Moth News: Mid-spring Review


With cool, unsettled conditions affecting Britain since early April, the imposing high-pressure system and associated sunny, dry and warm days of late March now seem a distant memory. As the month progressed, several low-pressure systems tracked across the North Atlantic and hit Britain, making the second half of April a truly cold, sodden and miserable period for our moths. With night-time temperatures well below the seasonal average, attempted garden catches (where possible!) have been dire for the last three weeks. In a similar vein, many field meetings have either been cancelled or curtailed with minimal results.

The tiniest of flurries of migrants was apparent in late March with a Red-headed Chestnut at Wadhurst (E Sussex) on 29th following another in Devon earlier in the month. Nationally, an arrival of around 34 Dark Sword-grass culminated in 12 on South Uist (Outer Hebrides) between 27th and 31st March and, interestingly, was the only concentration noted: others were widely scattered either side of the Irish Sea, with a few on the south coast of England. A Pearly Underwing made it to Ballycotton (Cork) on 27th March and another was on St. Mary's (Scilly) on 27th April. A White-speck was also on St. Mary's on 25th April, while a sprinkling of just 26 Silver Y included an interesting variant at Rodwell (Dorset) on 6th April.

Aberrant Silver Y, Rodwell (Dorset), 6th April 2012 (J Oughton).

Elsewhere there were 19 Hummingbird Hawkmoths, 9 Diamond-back Moths, 8 Rusty Dot Pearl and 2 Rush Veneers. In Dorset, early April Blossom Underwings at West Bexington and Broadwey on 2nd and 8th May respectively may well have been primary migrants.

Blossom Underwing, Wyre Forest (Worcs), April 2012 (Roger Wasley).

The Lepidoptera migrant scene was actually spiced up by rare butterflies. Large Tortoiseshells included at least one, probably two, lingering at Walter's Copse (IoW) between 27th March and 2nd April. Another was spotted and photographed by a passing cyclist on a tree trunk at Warblington (Hampshire) on 30th March, with another at Porth Hellick, St. Mary's (Scilly) on 1st April. Clouded Yellows included two in Dorset, one in Glamorgan and one in Warwickshire between 23rd March and 12th April. Single Painted Ladies were in Fulham (Greater London) on 28th March and on Combs Moss (Derbyshire) on 2nd April.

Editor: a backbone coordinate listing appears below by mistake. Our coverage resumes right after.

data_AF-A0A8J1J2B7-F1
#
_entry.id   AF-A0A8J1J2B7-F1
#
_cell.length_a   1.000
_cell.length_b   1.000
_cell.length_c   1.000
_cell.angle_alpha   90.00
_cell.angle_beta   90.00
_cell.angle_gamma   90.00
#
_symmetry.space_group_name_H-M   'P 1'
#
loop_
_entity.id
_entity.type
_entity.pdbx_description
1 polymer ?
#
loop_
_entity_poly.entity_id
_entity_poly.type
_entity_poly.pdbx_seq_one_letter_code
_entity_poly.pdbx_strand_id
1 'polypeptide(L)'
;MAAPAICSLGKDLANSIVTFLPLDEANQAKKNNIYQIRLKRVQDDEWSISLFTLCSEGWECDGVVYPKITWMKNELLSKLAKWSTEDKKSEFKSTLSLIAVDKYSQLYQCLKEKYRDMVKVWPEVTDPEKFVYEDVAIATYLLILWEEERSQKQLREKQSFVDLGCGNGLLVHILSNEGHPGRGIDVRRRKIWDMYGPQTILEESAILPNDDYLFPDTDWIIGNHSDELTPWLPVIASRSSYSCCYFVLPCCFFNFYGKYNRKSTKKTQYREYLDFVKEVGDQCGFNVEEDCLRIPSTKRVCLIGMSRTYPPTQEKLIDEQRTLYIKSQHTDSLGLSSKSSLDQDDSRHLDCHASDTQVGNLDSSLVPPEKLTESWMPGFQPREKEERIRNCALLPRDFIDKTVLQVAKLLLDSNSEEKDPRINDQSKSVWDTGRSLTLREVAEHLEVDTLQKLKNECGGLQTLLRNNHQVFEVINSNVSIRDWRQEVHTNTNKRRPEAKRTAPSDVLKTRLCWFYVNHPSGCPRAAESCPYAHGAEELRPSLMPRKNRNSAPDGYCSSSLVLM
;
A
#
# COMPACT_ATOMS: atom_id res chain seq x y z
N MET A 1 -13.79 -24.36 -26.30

The calm and sunny days of late March again provided ideal conditions for observing two rather mercurial day-flyers: Light Orange Underwing and Orange Underwing. Good numbers of both were widely reported and some even photographed at low level, often by puddles or on damp, bare ground. An early male Emperor Moth was attracted to an assembled, captive-bred female at Shefford (Bedfordshire) on 23rd March.

Light Orange Underwing, Warwickshire, March 2012 (Roger Wasley).

Orange Underwing, Worcestershire, March 2012 (Roger Wasley).

Female Emperor Moth, Worcestershire, April 2012 (Roger Wasley).

A few interesting records of residents included a Tawny Pinion near Orlandon (Pembrokeshire) on 24th March, which was a county first. A Barred Tooth-striped at Taynuilt (Argyll) on 13th April was a welcome record for the 10km square and was followed by two more on Mull. The species may be more widespread along the west coast of Scotland than records suggest, as the food plant — wild privet — is quite widespread on inaccessible cliffs.

Barred Tooth-striped, Taynuilt (Argyll), 14th April 2012 (Simon Pinder).

The annual daytime survey for Belted Beauty around Morecambe Bay (Lancs) on 22nd April was reasonably successful considering that the habitat had been inundated by extremely high spring tides about a fortnight previously. The final count was of 101 females and 61 males.

Hebrew Characters continued their long flight period in reasonable numbers and included one of the form gothicina at Slaley (Northumberland) on 7th April. This form is rarely seen south of the Scottish Highlands.

Gothicina Hebrew Character, Slaley (Northumberland), 7th April 2012 (Ian Hancock).

As a continuation from the early spring article, tables containing a wide selection of emergence and re-emergence dates for macro moths over the period can be found below. Note that this is not intended to be a definitive list for the whole of the British Isles; it is merely a collation by the author from personal communication and online newsgroups and websites.

Table 1: Macros emerging

Brimstone Moth9th MarchPaigntonDevon
Grey Birch20th MarchCratloeLimerick
Small Dusty Wave21st MarchBerrylands StationSurrey
Brown Silver Line22nd MarchTighnabruaichArgyll
Light Orange Underwing22th MarchKingswoodBucks